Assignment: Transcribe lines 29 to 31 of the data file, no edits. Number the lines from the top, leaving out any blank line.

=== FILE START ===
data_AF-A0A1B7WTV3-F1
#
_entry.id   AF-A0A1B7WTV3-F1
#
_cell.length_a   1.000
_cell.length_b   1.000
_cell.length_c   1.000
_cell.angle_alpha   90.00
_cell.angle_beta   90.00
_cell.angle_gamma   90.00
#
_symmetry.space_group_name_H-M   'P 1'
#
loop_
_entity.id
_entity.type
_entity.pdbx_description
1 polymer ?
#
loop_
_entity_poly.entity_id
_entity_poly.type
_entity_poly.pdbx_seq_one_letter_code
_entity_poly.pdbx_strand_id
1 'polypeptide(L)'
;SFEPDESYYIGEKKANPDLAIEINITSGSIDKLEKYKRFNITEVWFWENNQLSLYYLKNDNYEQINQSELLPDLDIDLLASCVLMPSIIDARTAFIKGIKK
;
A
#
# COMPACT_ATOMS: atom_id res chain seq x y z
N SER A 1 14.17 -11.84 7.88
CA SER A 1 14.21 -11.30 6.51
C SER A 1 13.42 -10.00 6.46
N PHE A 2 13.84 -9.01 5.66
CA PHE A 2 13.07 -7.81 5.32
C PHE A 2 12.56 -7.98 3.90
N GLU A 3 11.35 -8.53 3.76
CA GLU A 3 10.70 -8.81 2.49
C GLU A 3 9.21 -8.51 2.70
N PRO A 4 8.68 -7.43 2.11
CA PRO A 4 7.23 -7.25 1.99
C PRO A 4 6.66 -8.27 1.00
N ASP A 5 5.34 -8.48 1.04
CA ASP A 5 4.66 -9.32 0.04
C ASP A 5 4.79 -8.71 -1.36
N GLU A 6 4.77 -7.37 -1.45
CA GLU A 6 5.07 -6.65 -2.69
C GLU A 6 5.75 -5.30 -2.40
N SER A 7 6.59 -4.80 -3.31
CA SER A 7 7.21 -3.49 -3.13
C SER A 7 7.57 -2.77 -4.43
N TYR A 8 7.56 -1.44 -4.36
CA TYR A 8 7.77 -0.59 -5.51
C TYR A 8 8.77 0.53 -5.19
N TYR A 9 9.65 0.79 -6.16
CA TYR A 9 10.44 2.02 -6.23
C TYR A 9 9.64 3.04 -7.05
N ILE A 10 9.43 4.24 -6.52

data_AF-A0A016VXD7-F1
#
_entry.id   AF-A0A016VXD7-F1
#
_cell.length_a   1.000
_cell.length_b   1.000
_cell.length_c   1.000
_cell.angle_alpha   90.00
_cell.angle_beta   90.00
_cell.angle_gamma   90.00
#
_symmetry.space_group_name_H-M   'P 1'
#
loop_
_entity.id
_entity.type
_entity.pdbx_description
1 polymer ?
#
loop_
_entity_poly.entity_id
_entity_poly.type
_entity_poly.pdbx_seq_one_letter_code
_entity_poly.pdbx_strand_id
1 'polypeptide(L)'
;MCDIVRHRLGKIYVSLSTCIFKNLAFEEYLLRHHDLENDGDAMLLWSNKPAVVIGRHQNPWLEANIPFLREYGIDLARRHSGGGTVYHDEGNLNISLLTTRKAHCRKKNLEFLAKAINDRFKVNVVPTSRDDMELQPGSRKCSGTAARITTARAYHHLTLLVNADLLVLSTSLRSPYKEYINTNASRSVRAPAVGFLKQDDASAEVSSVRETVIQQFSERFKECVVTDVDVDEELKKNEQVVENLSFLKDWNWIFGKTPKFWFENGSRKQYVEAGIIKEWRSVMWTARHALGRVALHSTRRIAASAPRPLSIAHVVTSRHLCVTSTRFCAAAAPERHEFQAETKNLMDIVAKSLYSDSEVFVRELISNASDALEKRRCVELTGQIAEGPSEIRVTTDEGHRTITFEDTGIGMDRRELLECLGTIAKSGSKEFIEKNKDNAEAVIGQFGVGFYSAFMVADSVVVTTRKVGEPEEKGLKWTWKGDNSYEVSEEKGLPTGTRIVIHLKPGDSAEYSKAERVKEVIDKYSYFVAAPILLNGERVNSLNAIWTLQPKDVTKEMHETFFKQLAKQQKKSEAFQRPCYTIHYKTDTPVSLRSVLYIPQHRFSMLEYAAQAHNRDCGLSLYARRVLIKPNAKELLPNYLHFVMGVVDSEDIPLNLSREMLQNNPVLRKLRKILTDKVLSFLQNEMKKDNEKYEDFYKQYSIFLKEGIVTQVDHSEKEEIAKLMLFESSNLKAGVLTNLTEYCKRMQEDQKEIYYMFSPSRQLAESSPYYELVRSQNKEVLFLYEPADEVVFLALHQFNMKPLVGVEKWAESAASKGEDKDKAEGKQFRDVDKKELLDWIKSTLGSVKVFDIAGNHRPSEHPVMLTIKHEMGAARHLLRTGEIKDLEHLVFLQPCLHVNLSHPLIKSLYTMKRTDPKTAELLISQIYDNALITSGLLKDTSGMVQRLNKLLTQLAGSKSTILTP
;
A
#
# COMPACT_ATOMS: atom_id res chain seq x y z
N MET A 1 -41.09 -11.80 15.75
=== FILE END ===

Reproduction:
#
# COMPACT_ATOMS: atom_id res chain seq x y z
N SER A 1 14.17 -11.84 7.88